Regional Forest Conservation Initiative Takes Greenprint Beyond Connecticut
Friday, July 13, 2012
Regional Forest Conservation Initiative Takes Litchfield Greenprint Beyond Connecticut
The Housatonic Valley Association's Litchfield Hills Greenprint Collaborative is playing a leadership role in the Taconics Priority Landscape, recognized by the New England Governors’ Regional Conference as one of just a handful of such places across the Northeast within its “Keep Forests as Forests” initiative.
A 2010 report by the New England Governors’ Blue Ribbon Commission on Land Conservation prioritized the so-called “Berkshire Taconic Landscape”, running from the northwest corner of Connecticut up the spine of western New England and Eastern New York into Vermont, as an initial pilot project area for landscape-scale forest conservation in the region.
The US Forest Service and New England Foresters Association subsequently launched a regional pilot project in what is now called the Taconics Landscape, with HVA's Greenprint Program leading the effort in the southern Berkshires of Massachusetts, northwest Connecticut and adjacent communities in eastern New York.
The Greenprint will be coordinating with State foresters in CT, MA and NY as part of the NY-NE Family Forest Owner Outreach effort, with support from the US Forest Service. In the next two years under this initiative, the Greenprint will collaborate with its member organizations and other conservation groups in neighboring communities across the Tri-State region centered on the Taconic Plateau, a 36,000-acre landscape of forested uplands that straddles state, county and municipal boundaries. The area is highlighted in the Nature Conservancy's recent analysis of terrestrial resiliance to climate change. It also includes an active forest legacy proposal involving nearly 900 acres and three participating landowners on the south slopes of the Plateau in CT – The Thorpe Mountain project – that is sponsored and supported by the Greenprint.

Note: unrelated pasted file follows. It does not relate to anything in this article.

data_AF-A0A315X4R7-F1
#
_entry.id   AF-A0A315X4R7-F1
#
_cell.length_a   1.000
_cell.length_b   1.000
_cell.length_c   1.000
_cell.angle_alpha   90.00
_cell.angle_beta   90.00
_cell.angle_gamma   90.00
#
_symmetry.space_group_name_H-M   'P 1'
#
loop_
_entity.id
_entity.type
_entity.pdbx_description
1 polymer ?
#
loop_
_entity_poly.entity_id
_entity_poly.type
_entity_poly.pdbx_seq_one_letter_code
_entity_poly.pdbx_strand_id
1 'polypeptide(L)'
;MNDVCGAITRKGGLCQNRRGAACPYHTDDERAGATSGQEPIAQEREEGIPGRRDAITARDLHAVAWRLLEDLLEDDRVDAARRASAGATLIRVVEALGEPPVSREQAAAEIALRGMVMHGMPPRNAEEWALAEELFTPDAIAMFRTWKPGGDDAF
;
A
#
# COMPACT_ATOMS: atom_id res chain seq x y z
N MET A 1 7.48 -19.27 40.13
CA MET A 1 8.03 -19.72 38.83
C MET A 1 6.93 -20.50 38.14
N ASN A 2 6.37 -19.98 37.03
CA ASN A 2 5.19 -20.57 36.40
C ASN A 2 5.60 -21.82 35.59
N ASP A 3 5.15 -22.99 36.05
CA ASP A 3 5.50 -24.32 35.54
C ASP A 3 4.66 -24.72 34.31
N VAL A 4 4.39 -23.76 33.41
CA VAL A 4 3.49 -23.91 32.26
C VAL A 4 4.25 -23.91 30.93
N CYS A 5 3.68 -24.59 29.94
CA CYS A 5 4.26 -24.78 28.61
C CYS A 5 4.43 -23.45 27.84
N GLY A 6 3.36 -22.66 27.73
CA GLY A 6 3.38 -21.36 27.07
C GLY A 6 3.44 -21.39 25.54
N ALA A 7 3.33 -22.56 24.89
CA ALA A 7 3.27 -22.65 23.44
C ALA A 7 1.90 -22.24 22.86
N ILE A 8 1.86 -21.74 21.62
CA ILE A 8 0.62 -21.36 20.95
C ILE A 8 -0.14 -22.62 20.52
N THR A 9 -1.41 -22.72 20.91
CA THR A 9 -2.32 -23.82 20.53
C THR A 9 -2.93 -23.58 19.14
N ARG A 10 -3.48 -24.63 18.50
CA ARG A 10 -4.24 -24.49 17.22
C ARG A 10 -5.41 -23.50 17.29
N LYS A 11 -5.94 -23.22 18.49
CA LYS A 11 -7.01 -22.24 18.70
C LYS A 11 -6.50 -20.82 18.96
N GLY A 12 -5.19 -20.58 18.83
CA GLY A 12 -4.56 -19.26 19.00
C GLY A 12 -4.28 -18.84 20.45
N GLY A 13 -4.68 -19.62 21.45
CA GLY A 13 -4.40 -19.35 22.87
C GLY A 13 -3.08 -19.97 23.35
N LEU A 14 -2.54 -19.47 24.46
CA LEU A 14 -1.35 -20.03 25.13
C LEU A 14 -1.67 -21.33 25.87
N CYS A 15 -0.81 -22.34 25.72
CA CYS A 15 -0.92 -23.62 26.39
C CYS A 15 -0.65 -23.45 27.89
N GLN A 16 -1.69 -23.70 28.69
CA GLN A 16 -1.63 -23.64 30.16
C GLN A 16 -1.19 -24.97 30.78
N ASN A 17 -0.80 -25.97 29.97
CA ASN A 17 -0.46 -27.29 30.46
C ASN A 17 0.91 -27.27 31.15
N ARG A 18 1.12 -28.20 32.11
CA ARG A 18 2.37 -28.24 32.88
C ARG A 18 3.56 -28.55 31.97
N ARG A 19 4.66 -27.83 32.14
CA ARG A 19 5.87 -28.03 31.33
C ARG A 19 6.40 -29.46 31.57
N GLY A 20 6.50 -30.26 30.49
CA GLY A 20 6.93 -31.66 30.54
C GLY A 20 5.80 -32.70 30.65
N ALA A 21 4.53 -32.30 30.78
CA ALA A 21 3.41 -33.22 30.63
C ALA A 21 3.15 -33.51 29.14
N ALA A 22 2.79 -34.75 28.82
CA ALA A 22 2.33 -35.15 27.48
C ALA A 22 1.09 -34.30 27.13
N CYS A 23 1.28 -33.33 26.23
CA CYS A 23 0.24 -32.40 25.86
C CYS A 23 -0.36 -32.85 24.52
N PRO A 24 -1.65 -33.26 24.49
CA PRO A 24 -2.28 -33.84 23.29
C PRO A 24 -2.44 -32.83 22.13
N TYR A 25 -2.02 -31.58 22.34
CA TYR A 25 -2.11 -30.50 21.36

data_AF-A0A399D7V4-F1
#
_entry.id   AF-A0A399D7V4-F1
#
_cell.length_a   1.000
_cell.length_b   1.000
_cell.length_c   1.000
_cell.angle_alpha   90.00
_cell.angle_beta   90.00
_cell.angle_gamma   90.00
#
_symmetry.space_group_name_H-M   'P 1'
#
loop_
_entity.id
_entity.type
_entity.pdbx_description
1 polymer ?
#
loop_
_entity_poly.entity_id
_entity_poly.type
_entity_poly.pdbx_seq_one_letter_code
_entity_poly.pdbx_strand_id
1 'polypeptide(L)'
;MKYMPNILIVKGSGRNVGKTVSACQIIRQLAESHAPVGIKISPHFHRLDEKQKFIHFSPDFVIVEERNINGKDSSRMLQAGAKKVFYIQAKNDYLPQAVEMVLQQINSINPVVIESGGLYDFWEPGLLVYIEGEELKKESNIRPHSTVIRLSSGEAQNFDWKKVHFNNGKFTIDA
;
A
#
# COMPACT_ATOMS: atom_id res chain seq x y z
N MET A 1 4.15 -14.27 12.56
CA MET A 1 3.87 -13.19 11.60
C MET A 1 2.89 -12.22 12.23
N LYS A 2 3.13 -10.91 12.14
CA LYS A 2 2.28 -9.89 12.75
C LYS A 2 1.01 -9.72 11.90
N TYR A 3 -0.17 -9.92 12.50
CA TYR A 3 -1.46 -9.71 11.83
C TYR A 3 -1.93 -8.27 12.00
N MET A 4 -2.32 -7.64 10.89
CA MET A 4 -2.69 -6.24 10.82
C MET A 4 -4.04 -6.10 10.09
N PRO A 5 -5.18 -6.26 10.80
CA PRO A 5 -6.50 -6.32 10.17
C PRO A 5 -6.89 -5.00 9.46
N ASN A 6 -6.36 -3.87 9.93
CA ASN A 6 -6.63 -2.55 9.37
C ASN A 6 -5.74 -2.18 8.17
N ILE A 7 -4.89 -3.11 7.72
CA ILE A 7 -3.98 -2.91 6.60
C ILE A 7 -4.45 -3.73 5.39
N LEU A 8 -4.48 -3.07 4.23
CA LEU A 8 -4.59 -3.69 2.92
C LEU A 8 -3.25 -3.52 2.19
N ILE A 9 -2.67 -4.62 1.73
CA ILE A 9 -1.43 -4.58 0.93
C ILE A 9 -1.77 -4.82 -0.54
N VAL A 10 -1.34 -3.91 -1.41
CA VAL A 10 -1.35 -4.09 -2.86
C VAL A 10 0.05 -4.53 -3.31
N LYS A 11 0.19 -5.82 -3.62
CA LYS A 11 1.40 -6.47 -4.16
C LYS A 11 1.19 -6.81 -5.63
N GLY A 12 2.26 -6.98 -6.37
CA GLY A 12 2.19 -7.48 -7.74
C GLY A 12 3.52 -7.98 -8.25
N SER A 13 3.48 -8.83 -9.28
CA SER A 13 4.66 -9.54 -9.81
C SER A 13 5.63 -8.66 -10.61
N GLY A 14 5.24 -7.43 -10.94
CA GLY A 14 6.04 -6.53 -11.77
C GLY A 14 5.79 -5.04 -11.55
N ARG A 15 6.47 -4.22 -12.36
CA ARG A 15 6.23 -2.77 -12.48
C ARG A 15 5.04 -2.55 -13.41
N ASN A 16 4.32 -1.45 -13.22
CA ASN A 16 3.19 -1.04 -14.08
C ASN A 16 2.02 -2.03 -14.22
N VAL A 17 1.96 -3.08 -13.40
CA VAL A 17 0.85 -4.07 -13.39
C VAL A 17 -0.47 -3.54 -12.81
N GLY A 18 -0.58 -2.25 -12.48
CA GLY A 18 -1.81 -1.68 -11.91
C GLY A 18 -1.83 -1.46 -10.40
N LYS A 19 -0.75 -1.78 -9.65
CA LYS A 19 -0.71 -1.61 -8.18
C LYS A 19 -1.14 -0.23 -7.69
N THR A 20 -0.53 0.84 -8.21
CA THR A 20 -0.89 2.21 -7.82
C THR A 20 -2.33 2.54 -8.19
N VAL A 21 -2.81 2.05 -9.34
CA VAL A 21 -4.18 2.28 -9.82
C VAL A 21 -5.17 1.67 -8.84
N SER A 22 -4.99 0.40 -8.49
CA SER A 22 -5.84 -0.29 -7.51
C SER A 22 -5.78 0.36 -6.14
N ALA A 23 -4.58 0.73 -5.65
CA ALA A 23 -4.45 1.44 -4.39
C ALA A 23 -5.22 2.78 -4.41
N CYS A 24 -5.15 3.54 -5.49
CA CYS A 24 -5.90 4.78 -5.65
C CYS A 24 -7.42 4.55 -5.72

Planned activities under this regional pilot project during the next two years include estate planning workshops for forest landowners and their legal and financial advisors and subsidies for an initial legal consultation for those interested in making conservation part of the legacy they leave to their heirs. There will also be a woods forum on forest management practices in each state with technical assistance for participating landowners to meet with consulting foresters.
For more information about this exciting initiative and the training opportunities that will be offered in this area, contact Tim Abbott.